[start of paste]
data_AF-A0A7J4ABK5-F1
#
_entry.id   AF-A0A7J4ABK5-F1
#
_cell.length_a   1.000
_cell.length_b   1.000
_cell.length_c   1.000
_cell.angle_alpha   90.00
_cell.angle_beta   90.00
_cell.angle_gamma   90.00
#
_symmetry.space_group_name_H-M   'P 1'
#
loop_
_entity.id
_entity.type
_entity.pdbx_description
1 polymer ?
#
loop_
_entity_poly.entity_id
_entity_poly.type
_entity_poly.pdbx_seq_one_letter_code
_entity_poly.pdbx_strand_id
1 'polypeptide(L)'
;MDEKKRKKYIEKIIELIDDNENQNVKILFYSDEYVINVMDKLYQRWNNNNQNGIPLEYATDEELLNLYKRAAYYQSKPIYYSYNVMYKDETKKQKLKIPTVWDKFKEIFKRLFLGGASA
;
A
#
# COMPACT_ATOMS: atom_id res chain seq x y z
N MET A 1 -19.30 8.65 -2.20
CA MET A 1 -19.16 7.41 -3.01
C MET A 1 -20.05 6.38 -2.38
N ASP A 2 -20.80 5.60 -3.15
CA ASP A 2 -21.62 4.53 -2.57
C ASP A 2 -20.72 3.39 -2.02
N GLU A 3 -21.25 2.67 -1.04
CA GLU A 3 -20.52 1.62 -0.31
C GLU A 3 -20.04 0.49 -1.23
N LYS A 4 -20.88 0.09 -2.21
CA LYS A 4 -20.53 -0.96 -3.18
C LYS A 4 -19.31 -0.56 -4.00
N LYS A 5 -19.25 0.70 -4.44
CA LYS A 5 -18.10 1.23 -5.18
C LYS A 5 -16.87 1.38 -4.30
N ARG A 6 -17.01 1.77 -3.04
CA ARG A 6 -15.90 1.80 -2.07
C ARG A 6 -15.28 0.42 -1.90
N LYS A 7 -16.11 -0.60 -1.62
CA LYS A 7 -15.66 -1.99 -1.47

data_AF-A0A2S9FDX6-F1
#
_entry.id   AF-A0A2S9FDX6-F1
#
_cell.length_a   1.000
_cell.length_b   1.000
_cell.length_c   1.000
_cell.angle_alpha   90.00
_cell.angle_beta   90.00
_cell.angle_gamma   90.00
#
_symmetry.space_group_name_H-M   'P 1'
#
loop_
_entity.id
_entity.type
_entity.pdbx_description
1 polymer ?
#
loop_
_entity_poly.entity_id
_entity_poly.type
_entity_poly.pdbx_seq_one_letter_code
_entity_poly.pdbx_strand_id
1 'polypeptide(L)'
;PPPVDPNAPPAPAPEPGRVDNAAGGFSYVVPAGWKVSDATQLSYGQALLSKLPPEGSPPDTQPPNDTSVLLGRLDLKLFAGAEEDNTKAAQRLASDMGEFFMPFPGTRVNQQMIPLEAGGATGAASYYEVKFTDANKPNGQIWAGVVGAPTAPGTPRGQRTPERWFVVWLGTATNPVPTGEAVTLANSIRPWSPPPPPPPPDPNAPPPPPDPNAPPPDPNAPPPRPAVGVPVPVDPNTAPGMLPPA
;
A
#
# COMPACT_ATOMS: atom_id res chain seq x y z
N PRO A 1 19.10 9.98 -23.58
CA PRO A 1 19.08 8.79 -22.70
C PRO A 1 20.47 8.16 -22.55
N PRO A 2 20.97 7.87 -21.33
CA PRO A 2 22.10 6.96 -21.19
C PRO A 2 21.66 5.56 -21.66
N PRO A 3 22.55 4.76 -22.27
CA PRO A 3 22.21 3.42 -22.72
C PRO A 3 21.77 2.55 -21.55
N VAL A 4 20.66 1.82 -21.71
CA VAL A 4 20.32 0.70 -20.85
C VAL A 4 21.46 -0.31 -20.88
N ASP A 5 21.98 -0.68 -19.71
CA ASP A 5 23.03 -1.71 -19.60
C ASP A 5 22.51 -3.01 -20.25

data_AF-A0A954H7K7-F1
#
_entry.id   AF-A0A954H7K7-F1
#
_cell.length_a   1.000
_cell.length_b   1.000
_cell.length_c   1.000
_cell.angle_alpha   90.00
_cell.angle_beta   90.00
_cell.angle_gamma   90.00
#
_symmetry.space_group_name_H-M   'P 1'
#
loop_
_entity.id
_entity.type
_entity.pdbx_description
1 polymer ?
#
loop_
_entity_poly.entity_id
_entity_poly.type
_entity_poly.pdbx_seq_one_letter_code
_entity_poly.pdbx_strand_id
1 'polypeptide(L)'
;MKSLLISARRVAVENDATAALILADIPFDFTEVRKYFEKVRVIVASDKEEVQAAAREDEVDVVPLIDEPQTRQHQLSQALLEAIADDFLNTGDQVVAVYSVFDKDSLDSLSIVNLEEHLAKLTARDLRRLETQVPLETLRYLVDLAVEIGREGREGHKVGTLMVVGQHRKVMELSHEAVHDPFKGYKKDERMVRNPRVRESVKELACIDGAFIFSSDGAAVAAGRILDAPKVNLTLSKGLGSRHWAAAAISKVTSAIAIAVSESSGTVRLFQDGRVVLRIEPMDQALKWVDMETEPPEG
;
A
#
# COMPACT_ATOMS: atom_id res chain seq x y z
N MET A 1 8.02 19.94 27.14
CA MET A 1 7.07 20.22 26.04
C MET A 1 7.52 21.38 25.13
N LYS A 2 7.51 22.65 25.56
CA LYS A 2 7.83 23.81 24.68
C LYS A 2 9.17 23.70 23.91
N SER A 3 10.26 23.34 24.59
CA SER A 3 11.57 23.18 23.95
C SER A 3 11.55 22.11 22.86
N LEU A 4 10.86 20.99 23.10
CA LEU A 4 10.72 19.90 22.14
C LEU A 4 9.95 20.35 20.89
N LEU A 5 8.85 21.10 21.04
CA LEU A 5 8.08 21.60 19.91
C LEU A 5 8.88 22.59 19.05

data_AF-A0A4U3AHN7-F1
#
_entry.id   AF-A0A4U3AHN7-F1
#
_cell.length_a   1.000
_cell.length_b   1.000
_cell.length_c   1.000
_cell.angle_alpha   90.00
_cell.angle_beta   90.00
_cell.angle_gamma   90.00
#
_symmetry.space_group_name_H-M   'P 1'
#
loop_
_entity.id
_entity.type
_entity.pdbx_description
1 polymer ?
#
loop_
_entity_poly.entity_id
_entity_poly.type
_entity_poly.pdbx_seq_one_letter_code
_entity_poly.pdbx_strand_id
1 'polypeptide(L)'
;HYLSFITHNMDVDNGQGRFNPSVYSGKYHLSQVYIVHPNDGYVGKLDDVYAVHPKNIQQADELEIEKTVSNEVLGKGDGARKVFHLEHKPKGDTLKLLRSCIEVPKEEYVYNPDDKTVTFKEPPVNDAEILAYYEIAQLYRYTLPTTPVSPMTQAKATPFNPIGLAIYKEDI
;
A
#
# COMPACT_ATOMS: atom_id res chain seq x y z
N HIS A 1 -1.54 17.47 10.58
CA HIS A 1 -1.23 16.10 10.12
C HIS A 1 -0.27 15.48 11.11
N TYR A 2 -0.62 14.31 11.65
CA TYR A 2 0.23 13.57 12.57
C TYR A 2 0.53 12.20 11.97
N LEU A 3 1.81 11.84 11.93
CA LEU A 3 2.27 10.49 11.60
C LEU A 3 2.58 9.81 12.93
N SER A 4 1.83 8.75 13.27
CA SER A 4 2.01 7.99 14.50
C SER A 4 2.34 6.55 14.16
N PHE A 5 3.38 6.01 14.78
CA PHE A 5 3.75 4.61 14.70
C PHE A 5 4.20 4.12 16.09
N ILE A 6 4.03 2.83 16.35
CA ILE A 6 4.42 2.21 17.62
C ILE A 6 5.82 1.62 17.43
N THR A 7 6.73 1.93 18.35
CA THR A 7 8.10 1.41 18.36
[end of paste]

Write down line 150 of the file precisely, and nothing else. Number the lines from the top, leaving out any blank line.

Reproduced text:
_cell.angle_gamma   90.00